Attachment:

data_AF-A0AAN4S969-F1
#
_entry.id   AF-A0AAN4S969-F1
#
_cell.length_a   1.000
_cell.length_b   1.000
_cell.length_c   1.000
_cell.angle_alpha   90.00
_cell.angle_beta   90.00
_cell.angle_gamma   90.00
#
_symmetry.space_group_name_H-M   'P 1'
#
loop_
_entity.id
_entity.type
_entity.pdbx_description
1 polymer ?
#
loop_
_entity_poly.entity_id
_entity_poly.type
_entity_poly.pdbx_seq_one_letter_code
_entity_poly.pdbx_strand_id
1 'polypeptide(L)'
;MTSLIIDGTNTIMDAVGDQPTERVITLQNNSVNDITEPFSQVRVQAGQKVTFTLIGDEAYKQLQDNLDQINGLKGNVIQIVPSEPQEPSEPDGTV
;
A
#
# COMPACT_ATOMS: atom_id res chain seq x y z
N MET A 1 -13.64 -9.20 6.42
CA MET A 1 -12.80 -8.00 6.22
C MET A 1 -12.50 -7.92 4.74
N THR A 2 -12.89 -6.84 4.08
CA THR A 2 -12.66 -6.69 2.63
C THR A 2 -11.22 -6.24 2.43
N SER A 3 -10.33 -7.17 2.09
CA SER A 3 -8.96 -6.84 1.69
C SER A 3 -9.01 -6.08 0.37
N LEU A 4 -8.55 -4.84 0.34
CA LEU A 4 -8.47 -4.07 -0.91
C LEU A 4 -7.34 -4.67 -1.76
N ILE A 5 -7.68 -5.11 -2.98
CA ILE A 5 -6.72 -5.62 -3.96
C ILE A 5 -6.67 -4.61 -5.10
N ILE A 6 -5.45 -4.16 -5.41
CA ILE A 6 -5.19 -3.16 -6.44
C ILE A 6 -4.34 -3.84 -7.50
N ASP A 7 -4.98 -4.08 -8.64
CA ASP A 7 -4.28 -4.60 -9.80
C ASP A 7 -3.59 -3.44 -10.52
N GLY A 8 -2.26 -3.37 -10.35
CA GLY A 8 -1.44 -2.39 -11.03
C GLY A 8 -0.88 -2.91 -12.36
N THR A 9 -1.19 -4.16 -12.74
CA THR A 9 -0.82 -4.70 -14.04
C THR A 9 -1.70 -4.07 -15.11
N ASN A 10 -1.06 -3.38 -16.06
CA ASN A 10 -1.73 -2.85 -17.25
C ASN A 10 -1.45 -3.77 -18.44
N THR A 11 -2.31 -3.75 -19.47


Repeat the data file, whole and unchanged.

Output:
data_AF-A0AAN4S969-F1
#
_entry.id   AF-A0AAN4S969-F1
#
_cell.length_a   1.000
_cell.length_b   1.000
_cell.length_c   1.000
_cell.angle_alpha   90.00
_cell.angle_beta   90.00
_cell.angle_gamma   90.00
#
_symmetry.space_group_name_H-M   'P 1'
#
loop_
_entity.id
_entity.type
_entity.pdbx_description
1 polymer ?
#
loop_
_entity_poly.entity_id
_entity_poly.type
_entity_poly.pdbx_seq_one_letter_code
_entity_poly.pdbx_strand_id
1 'polypeptide(L)'
;MTSLIIDGTNTIMDAVGDQPTERVITLQNNSVNDITEPFSQVRVQAGQKVTFTLIGDEAYKQLQDNLDQINGLKGNVIQIVPSEPQEPSEPDGTV
;
A
#
# COMPACT_ATOMS: atom_id res chain seq x y z
N MET A 1 -13.64 -9.20 6.42
CA MET A 1 -12.80 -8.00 6.22
C MET A 1 -12.50 -7.92 4.74
N THR A 2 -12.89 -6.84 4.08
CA THR A 2 -12.66 -6.69 2.63
C THR A 2 -11.22 -6.24 2.43
N SER A 3 -10.33 -7.17 2.09
CA SER A 3 -8.96 -6.84 1.69
C SER A 3 -9.01 -6.08 0.37
N LEU A 4 -8.55 -4.84 0.34
CA LEU A 4 -8.47 -4.07 -0.91
C LEU A 4 -7.34 -4.67 -1.76
N ILE A 5 -7.68 -5.11 -2.98
CA ILE A 5 -6.72 -5.62 -3.96
C ILE A 5 -6.67 -4.61 -5.10
N ILE A 6 -5.45 -4.16 -5.41
CA ILE A 6 -5.19 -3.16 -6.44
C ILE A 6 -4.34 -3.84 -7.50
N ASP A 7 -4.98 -4.08 -8.64
CA ASP A 7 -4.28 -4.60 -9.80
C ASP A 7 -3.59 -3.44 -10.52
N GLY A 8 -2.26 -3.37 -10.35
CA GLY A 8 -1.44 -2.39 -11.03
C GLY A 8 -0.88 -2.91 -12.36
N THR A 9 -1.19 -4.16 -12.74
CA THR A 9 -0.82 -4.70 -14.04
C THR A 9 -1.70 -4.07 -15.11
N ASN A 10 -1.06 -3.38 -16.06
CA ASN A 10 -1.73 -2.85 -17.25
C ASN A 10 -1.45 -3.77 -18.44
N THR A 11 -2.31 -3.75 -19.47